Transcribed from E.F. Hollibaugh's Biographical history of Cloud County, Kansas biographies of representative citizens. Illustrated with portraits of prominent people, cuts of homes, stock, etc. [n.p., 1903] 919p. illus., ports. 28 cm. Scanned from a copy held by the State Library of Kansas.
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The late Reverend John Boggs was one of the most influential and best known men in the vicinity of Clyde. A learned and scholarly man whose brain was a veritable store house of knowledge. This reverend gentleman was born in the Baptist parsonage in the village of Hopewell, New Jersey, May 12, 1810. The town of his nativity is situated in the beautiful and fertile Hopewell Valley which is noted for its fine fruits and vegetables and celebrated for being the seat of Rugers College, Nassua Hall, Princeton Theological Seminary; and also renowned for the Revolutionary battles of Princeton, Trenton and Bond Rock.

Elder Boggs' father and grandfather both bore the name of John and were Baptist ministers. His grandfather was born in East Nottingham, England April 9, 1741, and was a captain in the Revolutionary war. In his earlier life he was a Presbyterian minister but in 1771 he embraced the Baptist sentiments and in 1781 was ordained a minister of that faith at Welsh Tract, Delaware, where he died of paralysis in 1802; his wife who was Hannah Furness before her marriage was born in 1737 and died January 31, 1788. John B., the second,, and father of our subject as born at Welsh Tract, Delaware, January 20, 1770. For their son Joseph the fond parents had mapped out the career of a clergyman, "but John," they said, "was cut out for a farmer;" but Joseph became a lawyer and John developed into both an excellent farmer and a gifted dispenser of the gospel. Elder Boggs' paternal grandmother was Eliza Hopkins, the only child of an English Quaker family whose parents, Isaac and Margaret Hopkins, resided in Burlington county, New Jersey, from the time they came to America until their deaths, which took place during her childhood, leaving their daughter in the hands of an unworthy uncle who defrauded her of considerable property.

Charles Hopkins who was a pastor of a New York City Baptist church for many years was a cousin of Elder Boggs twice removed. W.C. Cooper, of Philadelphia, a brother of Commodore Porter, formerly of the United States navy, married Fannie Hopkins, a cousin of the same removal. Isaac Hopkins, a brother of Fannie Hopkins, was the father of seventeen children including three pairs of twins. Elder Boggs was three times married. His third wife was Mary Hunt; their two daughters, Elizabeth and Mary Jane established and were proprietors of the Ladies' Seminary at Hopewell, New Jersey, where their father was pastor for nearly forty years. Elder Boggs' mother was Hannah Dewess. Her father's house, Colonel Dewess, was the home of the Baptist ministers. She was distinguished for her many personal charms and amiability. She died May 5, 1827, of paralysis at the Baptist parsonage in Hopewell. They were the parents of six children, four living to maturity and rearing families.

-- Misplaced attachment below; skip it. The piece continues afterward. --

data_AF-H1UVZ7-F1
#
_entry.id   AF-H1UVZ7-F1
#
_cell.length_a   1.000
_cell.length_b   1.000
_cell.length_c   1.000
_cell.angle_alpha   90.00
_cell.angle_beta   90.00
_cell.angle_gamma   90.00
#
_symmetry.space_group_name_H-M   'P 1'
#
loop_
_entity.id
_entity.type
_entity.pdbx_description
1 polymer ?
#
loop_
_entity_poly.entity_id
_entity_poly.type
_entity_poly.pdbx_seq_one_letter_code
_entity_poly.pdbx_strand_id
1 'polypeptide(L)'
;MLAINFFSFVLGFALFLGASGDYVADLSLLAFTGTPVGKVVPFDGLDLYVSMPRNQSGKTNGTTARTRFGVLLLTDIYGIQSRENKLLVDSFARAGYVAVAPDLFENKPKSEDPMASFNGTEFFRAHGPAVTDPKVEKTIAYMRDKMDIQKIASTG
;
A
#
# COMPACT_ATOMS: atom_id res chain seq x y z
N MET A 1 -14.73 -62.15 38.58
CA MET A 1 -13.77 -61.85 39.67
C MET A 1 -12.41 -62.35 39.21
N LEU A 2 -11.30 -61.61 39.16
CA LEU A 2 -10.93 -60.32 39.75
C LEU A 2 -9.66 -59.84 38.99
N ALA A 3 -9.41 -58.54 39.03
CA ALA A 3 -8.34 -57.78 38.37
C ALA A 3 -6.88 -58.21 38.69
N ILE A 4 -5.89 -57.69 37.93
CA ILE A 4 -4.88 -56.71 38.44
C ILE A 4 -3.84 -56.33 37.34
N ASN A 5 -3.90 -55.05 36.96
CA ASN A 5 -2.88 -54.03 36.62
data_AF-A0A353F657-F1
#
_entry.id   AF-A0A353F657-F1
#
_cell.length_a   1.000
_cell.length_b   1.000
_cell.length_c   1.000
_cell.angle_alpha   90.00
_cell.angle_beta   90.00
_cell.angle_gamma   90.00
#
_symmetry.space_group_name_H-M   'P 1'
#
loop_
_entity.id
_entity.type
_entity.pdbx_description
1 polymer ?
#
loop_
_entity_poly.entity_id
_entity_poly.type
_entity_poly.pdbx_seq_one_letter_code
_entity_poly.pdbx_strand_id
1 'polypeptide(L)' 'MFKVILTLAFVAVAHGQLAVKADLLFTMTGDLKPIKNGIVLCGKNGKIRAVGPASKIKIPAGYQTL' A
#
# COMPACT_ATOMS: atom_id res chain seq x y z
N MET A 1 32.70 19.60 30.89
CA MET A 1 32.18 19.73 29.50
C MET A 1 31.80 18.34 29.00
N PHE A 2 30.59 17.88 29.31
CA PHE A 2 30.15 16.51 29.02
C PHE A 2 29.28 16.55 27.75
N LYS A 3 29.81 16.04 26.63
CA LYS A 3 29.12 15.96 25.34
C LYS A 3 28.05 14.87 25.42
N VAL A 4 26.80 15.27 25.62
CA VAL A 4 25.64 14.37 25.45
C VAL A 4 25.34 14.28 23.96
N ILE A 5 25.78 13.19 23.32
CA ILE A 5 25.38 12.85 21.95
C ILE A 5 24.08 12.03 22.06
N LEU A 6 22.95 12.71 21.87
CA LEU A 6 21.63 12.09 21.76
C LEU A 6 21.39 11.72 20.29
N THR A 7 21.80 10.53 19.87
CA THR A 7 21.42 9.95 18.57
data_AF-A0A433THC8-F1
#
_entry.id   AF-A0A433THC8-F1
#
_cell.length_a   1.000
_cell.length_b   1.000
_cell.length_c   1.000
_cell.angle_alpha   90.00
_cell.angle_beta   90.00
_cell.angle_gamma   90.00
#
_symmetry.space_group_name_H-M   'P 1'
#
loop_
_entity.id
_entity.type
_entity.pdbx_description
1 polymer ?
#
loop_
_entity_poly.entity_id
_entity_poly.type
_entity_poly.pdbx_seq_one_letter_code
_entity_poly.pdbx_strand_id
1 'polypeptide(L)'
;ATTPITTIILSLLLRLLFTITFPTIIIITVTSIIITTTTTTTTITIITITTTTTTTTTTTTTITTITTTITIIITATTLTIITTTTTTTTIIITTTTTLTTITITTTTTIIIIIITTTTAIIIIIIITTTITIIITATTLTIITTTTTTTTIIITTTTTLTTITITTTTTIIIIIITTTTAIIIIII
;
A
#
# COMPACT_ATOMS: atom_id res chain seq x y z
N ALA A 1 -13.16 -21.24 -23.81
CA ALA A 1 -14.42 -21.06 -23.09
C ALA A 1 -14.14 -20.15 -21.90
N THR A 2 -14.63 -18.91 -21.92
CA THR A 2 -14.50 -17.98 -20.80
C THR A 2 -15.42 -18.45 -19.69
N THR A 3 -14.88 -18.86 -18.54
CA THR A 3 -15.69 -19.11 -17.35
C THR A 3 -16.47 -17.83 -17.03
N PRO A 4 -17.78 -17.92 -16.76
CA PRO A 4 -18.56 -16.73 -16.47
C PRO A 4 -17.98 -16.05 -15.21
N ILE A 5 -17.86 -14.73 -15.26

Elder Boggs served as chaplain of the one hundred and eighteenth Ohio Volunteer Infantry, and from that period on labored in his "Master's vineyard" until his advanced years would no longer permit; and when his work was finished he undoubtedly received the welconie plaudit, "well done thou good and faithful servant, enter thou into the joys of thy Lord." Had Elder Boggs lived until the following September, the sixty-seventh anniversary of their marriage would have been celebrated. His aged wife survives him at the age of ninety-one years, but the sands of her life are almost run and a few years at the best can but elapse ere she will have gone to join her companion of more than three score years.

Elder Boggs was an extensive traveler, also a voluminous writer, and contributed many articles to the press, many of them of acknowledged worth. In 1888, he made an extended missionary trip through Nevada, Wyoming, California, Oregon, Washington Territory and Colorado. He was loyal to Kansas and upon his return from his tour vigorously asserted, "there was no place like his cottage home in Kansas." Although Elder Boggs' farm is situated just over the line in Washington, his labors were almost exclusively in Cloud county. Several years prior to his demise he had changed his religion to the Christian faith and established the Clyde congregation at the Boggs school house with the understanding that when a church was erected in Clyde the society would be transferred to that point, and in accordance with his request this was done.

Mrs. Boggs lives with her daughter, Mrs. Lottie Hakes at the old home. "Tri Gable Cottage," as it is called is one of the most desirable homes in the vicinity, nestled in the midst of a perfect bower of trees and flowering shrubs that denote much care from the hands of its owners; a fine apple orchard that yielded two hundred bushels the present year. The proceeds of the sales of their crop of early cherries this year exceeded $30. The angel of death never having visited their family, Elder and Mrs. Boggs have three children, all of whom are useful, honest, and upright citizens.